This is an important correction because many were misinterpreting the study thinking that lesbians responded differently in their feelings to the different smells. No such differences were reported, nor did any of the gay or straight participants experience sexual arousal in response to the substances inhaled. The study authors, lead by Ivanka Savic, have been clear all along that they do not know what the brain differences mean. No one knows how these differences would directly relate, if at all, to chosen sexual behavior.
So the correction did not go far enough. About the Savic study, the original story said: “It’s a finding that adds weight to the idea that homosexuality has a physical underpinning and is not learned behavior.” As Dr. Savic stated, “This is incorrect and not stated in the paper.” Since the study did not explore learning factors, one cannot state that the study adds weight to any ideas about learning and sexual feelings or behavior.
The website GayNZ came closer to an accurate correction, reporting:
AP says lesbian brains story was wrong
The Associated Press has clarified a story they released which inferred that lesbian brains are significantly different to those of heterosexuals.
The story was released on May 8 and carried by GayNZ.com on May 9 (â€œLesbian brains react differentlyâ€). The story cited Swedish research that showed lesbians are more likely to find male pheromones, essentially the scent of men, more irritating, and furthermore that lesbians processed both male and female hormones in the â€˜scent areaâ€™ of the brain, whereas heterosexuals processed the pheromone of the opposite sex in the hypothalamus, or â€˜sexual stimulationâ€™ area of the brain.
The report prompted a number of sexuality-researchers to claim that this revealed that sexuality is biologically formed, rather than solely through life experiences.
The Associated Press now claims this conclusion to be unsupported by the research, as no statistically significant differences were found. Most researchers continue to maintain that the formation of sexuality is a complex issue, stemming from both biological and cultural factors â€“ or, simply put, both nature and nurture.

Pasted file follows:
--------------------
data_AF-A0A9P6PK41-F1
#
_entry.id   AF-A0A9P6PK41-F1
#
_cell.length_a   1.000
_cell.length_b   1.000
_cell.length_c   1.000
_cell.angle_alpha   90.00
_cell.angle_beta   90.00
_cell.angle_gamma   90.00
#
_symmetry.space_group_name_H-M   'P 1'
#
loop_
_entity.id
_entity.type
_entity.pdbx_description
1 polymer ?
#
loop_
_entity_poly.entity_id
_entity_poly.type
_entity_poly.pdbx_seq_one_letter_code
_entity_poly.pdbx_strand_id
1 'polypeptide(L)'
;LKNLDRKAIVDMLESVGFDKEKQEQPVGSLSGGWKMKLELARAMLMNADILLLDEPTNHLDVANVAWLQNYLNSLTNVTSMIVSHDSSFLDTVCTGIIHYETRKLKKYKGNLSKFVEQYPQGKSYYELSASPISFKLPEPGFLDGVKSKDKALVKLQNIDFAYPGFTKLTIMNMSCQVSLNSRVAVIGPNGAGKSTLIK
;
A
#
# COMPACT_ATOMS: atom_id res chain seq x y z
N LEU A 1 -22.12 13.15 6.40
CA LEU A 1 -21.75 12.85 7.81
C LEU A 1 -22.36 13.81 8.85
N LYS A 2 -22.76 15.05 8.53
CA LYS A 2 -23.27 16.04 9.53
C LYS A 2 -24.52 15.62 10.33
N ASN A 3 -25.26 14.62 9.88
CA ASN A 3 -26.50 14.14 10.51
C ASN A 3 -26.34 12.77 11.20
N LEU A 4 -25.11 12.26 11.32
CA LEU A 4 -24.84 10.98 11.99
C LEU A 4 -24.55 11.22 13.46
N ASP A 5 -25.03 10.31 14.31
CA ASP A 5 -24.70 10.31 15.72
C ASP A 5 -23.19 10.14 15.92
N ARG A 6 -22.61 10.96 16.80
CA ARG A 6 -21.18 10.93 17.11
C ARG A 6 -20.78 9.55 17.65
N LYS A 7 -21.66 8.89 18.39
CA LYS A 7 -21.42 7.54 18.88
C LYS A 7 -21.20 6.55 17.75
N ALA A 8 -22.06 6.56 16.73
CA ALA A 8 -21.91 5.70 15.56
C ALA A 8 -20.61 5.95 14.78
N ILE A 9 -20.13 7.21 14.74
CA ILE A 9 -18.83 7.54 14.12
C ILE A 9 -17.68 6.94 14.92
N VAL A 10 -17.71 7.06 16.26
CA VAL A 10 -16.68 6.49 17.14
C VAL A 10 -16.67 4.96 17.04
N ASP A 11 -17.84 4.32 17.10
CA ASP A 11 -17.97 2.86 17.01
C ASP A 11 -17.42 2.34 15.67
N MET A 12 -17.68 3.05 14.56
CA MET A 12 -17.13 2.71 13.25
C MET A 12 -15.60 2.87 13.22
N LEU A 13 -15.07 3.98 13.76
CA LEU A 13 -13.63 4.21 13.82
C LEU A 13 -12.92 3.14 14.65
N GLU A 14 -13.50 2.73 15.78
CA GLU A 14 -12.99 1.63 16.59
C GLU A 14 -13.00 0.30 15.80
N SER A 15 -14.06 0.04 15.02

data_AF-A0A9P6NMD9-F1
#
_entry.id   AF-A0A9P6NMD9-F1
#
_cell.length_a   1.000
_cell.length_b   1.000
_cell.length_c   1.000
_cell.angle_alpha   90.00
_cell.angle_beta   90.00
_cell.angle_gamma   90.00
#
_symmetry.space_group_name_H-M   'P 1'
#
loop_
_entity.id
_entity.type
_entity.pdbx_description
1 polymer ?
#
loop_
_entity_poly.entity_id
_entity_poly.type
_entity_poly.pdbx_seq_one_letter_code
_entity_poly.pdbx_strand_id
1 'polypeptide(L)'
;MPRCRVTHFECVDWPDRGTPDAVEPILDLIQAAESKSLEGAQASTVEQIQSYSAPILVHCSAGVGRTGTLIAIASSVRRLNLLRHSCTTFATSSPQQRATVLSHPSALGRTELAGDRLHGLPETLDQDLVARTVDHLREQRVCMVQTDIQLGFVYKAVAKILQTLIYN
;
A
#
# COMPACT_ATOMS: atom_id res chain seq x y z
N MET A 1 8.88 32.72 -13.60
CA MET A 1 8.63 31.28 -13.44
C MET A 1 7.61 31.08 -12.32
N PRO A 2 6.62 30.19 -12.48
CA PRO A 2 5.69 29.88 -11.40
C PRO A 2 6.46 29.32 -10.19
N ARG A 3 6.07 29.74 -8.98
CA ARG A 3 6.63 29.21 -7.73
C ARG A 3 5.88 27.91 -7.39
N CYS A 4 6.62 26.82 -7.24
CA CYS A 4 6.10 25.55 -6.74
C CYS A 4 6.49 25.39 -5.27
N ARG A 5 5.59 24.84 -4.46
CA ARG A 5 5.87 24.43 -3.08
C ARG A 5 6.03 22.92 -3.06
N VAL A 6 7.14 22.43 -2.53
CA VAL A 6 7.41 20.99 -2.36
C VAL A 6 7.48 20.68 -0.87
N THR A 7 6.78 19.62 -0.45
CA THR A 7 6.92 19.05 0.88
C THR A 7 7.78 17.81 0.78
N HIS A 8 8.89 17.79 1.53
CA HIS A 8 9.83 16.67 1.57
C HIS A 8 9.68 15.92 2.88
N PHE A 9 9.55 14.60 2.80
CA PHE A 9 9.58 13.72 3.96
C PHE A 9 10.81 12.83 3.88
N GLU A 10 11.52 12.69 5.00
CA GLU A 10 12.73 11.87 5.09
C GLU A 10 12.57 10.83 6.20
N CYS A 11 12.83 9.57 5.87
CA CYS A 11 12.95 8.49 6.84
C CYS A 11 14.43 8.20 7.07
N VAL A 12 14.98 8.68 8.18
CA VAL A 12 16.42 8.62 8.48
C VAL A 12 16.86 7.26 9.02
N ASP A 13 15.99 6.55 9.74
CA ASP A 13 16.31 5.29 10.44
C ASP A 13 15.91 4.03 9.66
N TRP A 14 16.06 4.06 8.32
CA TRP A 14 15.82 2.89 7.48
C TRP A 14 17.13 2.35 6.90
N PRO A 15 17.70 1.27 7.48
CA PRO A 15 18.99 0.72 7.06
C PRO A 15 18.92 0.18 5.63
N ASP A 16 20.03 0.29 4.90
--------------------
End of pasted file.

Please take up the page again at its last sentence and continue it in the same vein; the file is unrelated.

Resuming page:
The state of the art is much closer to this statement from GayNZ than the article from the AP.
(Thanks to Colleen Keating for the tip.)
I am posting a link to a document called “Sexual Identity Therapy Guidelines.” These are in a form now where Mark and I feel comfortable with them being publicly reviewed. Please feel free to post comments here. Eventually, we hope to post them on a site devoted to the topic.
Much correspondence has gone on regarding this study and the way it has been reported by the Associated Press. I can say this: the Associated Press writer, Randolph Schmid, has been made aware that the new study says nothing about whether sexual behavior is learned. Here is a quote from a recent email from Dr. Savic: “The easiest way to clarify the situation is to go to the original data. I do therefore refer to the manuscript in PNAS. The study does not give answer to the cause-effect issue. Sincerely, Ivanka Savic”
She also pointed out other flaws in the AP report. For instance, this section is misleading:
“Heterosexual women found the male and female pheromones about equally pleasant, while straight men and lesbians liked the female pheromone more than the male one. Men and lesbians also found the male hormone more irritating than the female one, while straight women were more likely to be irritated by the female hormone than the male one.All three groups rated the male hormone more familiar than the female one. Straight women found both hormones about equal in intensity, while lesbians and straight men found the male hormone more intense than the female one.”
To this, Dr. Savic said: “…the perception of these compounds was similar in ALL the subjects and all statements [in the AP article] about the pleasantness, irritability etc. are erroneous.”
In fairness to Mr. Schmid, the graph in the article gives the impression of differences but in statistical terms, the differences were small enough that they cannot be considered signficant. The AP report gives the impression that there were more sexual preference related differences than were actually found.
So we have this situation: the AP writer knows the study author has found significant errors in the story. She even asked if they could be corrected and to date there has been no correction. Perhaps one is in the works. Corrections are issued all the time, I wonder why this story is different.
I do not take interest in this just to be difficult. I think the media have a great responsibility in this climate to report accurately. And saying that “the findings add weight to the idea that homosexuality…is not learned behavior” is not accurate reporting. The other factual errors just add weight to the idea that a correction is in order.